Full Disclosure: I backed this comic’s crowdfunding campaign and have interacted with the author in the past.
Quick, spoiler-free summation: Soulfinder is like Supernatural if it was much more hardcore Roman Catholic and the demons were more like eldritch abominations. A flawed, but solid freshman effort.
Recommend ages: Teenager and up. Deals with some complicated concepts and has scary imagery.
POSSIBLE SPOILER TALK
I always like to start out with the cons and then finish positively. Though many of the cons in this comic are a result of its pros.
For example, by far my biggest complaint is that I wanted more. The world seemed rich and interesting enough I felt like we never got a good look at anything. I always wanted the story to pause a moment, and let us examine this aspect or that character for another panel. This is a bit of debate in comic writing right now. “Decompression” is the term used to refer to a comic with a lot of “beat” panels – or what you might call padding. Brian Michael Bendis is a comic writer who’s work provides a plethora of examples of positive and negative decompression. Whether decompression is a good or bad thing for comics is quite the debate in some circles and I think it’s quite debatable over this comic as well. The author has the comic quite compressed and things move along quickly – to the point you wonder if an extra page or two squeezed into the issue to allow more breathing room would help with the pacing.
And there’s many points in the story where I could argue on both sides. For example, this issue has a character that I’m going to call “Father Nick Fury” for he’s a priest very evocative of Samuel L. Jackson’s Nick Fury. On the one hand, you wonder if it would be better for the story’s pacing if Father Fury was introduced at the end of it to set up the next issue. On the other hand, I can understand bringing him in as soon as possible to hook the reader. If he’s not in it, would the story even have a chance at a second issue?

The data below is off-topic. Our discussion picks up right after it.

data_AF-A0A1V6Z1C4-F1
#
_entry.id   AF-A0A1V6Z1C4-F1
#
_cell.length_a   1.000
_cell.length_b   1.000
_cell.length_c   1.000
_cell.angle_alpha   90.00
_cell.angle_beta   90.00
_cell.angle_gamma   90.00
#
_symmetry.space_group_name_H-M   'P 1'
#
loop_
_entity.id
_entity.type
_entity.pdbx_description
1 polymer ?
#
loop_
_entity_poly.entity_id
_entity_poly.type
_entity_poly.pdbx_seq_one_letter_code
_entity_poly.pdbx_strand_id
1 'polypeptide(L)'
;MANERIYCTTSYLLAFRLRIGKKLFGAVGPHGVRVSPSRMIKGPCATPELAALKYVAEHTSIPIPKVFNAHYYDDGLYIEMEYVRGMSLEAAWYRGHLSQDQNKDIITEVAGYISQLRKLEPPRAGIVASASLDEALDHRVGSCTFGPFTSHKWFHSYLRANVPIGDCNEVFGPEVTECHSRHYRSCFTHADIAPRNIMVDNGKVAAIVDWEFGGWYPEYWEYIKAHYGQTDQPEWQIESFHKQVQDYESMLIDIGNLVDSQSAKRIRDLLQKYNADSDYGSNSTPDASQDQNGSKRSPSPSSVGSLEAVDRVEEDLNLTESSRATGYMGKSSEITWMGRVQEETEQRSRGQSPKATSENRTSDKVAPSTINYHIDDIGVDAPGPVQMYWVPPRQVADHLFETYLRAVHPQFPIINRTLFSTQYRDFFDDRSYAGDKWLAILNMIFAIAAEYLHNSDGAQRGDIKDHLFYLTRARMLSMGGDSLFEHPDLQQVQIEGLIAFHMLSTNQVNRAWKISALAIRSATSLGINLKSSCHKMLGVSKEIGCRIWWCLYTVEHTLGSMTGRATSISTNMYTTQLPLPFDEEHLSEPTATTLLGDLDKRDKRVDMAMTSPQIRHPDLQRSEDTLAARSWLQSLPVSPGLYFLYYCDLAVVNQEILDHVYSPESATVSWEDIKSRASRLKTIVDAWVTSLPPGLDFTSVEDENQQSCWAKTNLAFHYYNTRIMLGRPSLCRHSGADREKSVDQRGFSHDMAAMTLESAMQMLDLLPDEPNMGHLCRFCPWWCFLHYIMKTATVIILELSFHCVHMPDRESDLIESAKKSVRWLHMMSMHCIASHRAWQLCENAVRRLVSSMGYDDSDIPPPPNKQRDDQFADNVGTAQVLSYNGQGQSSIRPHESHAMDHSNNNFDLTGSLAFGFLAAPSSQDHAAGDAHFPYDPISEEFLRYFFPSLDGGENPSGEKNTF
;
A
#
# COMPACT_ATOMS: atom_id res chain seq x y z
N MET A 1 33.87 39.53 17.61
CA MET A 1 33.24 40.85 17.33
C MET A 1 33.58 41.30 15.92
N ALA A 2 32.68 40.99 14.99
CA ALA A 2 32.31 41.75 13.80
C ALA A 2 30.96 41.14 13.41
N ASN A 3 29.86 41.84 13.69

Thus most of the flaws are understandable ones, often a result of limited space and so much being packed into this issue. For example, usually in these “Monster of the Week” stories, I like for them to give the “victim(s) of the week” a bit of character, to encourage me to like them and want them to be saved by the heroes. Here, the victim(s) are so lightly sketched they could almost be inanimate macguffins.
Likewise the villains are fantastic in their evilness and near-lovecraftian natures, but again slightly undercut by a brisk pace that doesn’t allow them to really unnerve you before they are beaten or leave the scene.
As far as a count of art flaws, there were only 3 panels in the entire issue where I could not understand what happened in them (though most I could eventually work out through context).
So what are all the pros?
The art is generally nice to look at and tells the story well.
If you’ve watched/read the “modern fantasy” type of story – like Buffy/Angel, or Supernatural, or Grimm, or Dresden Files – Soulfinder ends up feeling very familiar, yet fresh as you realize we really haven’t had any of these stories with a priest in the lead. You also realize that those other stories sometimes strained disbelief that nobody was aware of what was going on. Soulfinder… has the bad guys playing into the cover up in a very clever way that adds to the novelty of it all.
The heroes are flawed, but realized characters that I enjoyed following and want to see more of. Most importantly, they are likable and their conflicts feel organic and earned rather than pointless bickering to pad out the drama scale.
Plus if you’re a christian, it’s nice to have a story where religion and believers are portrayed with a depth and complexity accurate to the real world rather than a simplistic caricature – either positive or negative. You do not feel like you’re being talked down.
So in summary, the most important question of any comic:
Do I want another issue?
And I’d have to say… yes.
I’d like to explore this world more and see where it goes. Especially if the writer keeps honing and improving his craft.